Yevgeny Khorishko, a spokesman for the Russian Embassy in Washington, dismissed the charges. “All these rounds of allegations are absolutely false and baseless,” he said.
“We have identified the terrorist phone numbers, from the suspects we have arrested,” he said. “Though these were temporary cellphones, they would always call the same number after every explosion. The phone number would be traced to an Abkhazia number belonging to an ethnic Georgian named Mukhran Tskhadaia who works for the GRU.”
Mr. Tskhadaia and Mr. Borisov have been sentenced in absentia to 30 years in prison for their roles in the bombings.
Mr. Utiashvili said that after receiving the call from the bomber, Mr. Tskhadaia would “call a number we know belongs to the GRU.”
“This is someone who is officially registered in the Russian Defense Ministry. He is the deputy to Maj. Yevgeny Borisov, who we believe is the real mastermind of the bombing campaign.”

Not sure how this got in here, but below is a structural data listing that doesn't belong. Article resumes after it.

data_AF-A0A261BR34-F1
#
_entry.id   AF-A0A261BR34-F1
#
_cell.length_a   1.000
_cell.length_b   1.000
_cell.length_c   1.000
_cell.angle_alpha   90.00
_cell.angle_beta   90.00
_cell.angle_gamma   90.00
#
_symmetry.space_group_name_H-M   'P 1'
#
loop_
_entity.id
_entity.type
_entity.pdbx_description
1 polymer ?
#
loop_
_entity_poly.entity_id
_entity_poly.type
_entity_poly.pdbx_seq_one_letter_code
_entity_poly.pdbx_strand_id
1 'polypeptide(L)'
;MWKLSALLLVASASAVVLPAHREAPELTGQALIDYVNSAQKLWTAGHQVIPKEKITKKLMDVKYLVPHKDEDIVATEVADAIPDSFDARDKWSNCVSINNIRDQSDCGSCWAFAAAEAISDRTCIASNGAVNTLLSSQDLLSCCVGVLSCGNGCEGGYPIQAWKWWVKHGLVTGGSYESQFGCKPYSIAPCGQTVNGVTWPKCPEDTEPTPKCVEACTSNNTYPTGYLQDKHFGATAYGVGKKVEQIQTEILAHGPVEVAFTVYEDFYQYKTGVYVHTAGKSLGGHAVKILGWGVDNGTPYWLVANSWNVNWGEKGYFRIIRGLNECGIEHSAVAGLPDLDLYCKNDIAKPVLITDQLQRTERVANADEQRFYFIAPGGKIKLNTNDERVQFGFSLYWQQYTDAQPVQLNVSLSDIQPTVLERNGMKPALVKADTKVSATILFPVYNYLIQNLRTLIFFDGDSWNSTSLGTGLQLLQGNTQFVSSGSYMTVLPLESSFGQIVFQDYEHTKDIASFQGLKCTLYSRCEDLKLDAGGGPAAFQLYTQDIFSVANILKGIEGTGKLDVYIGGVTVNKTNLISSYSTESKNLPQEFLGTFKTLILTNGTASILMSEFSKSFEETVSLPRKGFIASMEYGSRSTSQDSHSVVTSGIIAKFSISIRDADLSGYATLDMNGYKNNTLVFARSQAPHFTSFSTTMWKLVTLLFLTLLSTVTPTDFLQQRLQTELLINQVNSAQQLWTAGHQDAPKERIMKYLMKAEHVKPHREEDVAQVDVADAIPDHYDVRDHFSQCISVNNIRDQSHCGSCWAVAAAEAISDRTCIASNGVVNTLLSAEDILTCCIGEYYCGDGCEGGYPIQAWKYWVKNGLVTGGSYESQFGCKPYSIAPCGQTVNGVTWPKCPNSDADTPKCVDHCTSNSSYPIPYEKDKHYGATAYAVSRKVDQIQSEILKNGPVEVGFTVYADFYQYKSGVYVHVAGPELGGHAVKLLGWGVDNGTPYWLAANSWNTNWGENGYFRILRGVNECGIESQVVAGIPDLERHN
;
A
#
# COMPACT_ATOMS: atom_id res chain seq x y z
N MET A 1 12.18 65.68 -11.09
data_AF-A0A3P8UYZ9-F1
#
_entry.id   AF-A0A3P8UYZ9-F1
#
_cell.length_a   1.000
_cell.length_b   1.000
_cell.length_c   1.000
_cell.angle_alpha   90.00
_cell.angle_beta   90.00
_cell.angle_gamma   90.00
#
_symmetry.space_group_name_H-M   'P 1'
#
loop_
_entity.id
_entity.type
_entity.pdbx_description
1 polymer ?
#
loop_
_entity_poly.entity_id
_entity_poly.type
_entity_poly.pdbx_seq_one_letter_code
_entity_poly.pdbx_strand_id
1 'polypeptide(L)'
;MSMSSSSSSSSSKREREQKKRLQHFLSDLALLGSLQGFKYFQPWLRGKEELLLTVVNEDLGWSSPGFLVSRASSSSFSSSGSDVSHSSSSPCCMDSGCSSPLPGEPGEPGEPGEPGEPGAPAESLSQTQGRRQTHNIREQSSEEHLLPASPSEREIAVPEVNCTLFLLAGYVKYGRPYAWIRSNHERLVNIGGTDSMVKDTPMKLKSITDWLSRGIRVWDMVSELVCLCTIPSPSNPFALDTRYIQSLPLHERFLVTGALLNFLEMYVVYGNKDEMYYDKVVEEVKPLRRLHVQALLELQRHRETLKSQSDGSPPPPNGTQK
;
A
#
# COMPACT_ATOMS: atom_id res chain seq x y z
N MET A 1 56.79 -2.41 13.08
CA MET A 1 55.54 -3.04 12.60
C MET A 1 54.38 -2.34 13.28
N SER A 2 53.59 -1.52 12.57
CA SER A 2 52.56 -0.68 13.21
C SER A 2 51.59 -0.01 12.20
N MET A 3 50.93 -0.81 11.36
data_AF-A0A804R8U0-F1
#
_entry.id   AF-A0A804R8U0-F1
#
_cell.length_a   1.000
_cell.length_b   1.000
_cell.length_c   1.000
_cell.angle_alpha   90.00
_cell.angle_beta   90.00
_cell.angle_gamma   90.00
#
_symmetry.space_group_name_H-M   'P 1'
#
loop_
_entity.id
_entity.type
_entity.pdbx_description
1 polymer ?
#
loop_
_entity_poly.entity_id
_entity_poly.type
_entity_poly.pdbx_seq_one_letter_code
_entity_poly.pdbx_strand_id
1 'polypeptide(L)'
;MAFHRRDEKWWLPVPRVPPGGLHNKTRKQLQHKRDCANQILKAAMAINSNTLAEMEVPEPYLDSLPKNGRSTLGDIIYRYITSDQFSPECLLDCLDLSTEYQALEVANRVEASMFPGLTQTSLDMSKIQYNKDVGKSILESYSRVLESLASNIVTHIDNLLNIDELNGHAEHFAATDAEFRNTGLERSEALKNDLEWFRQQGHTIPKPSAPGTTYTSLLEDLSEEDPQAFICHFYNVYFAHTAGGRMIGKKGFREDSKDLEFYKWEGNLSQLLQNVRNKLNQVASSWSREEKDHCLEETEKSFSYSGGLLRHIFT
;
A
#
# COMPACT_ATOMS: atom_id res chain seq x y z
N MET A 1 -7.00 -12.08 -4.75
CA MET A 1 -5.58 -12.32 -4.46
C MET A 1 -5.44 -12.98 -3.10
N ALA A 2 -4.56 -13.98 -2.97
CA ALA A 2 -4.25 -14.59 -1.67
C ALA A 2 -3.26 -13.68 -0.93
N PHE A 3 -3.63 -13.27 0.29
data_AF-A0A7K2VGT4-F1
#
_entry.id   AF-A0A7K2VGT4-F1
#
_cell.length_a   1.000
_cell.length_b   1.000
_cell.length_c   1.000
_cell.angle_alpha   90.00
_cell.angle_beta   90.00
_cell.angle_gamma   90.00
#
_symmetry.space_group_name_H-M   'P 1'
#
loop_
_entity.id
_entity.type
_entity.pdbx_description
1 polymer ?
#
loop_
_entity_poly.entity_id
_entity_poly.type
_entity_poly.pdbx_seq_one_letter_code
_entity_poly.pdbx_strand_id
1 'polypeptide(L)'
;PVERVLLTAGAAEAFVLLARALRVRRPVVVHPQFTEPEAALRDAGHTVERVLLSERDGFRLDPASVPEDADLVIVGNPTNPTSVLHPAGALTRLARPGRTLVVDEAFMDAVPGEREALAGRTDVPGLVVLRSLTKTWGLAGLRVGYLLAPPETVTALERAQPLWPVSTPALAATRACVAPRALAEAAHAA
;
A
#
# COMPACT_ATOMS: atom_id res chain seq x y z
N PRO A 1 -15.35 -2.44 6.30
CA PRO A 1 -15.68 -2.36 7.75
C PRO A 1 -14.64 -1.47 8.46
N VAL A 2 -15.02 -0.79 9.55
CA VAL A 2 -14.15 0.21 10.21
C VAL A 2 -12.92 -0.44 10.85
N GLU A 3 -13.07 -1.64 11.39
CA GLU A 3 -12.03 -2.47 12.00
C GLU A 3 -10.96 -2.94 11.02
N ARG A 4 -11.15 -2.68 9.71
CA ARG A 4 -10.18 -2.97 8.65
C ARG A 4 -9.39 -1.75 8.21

Although the shooting war between the two countries has stopped, both sides have engaged in something of an intelligence war. Mr. Utiashvili said a recent operation uncovered a GRU-sponsored espionage ring that included the official photographers for the office of Georgian president and foreign minister.
Earlier this year, WikiLeaks disclosed a cable written in 2007 by the U.S. ambassador to Georgia at the time, John Tefft, that alleged Russian involvement in a 2004 car bomb attack in Georgia, bombings of the Georgian-Russian pipeline and a helicopter gunship attack in 2007.
“The cumulative weight of the evidence of the last few years suggests that the Russians are aggressively playing a high-stakes, covert game, and they consider few if any holds barred,” Mr. Tefft wrote.
The Senate Foreign Relations Committee is expected to take up a resolution condemning Russia’s troop presence in Abkhazia and South Ossetia later this month.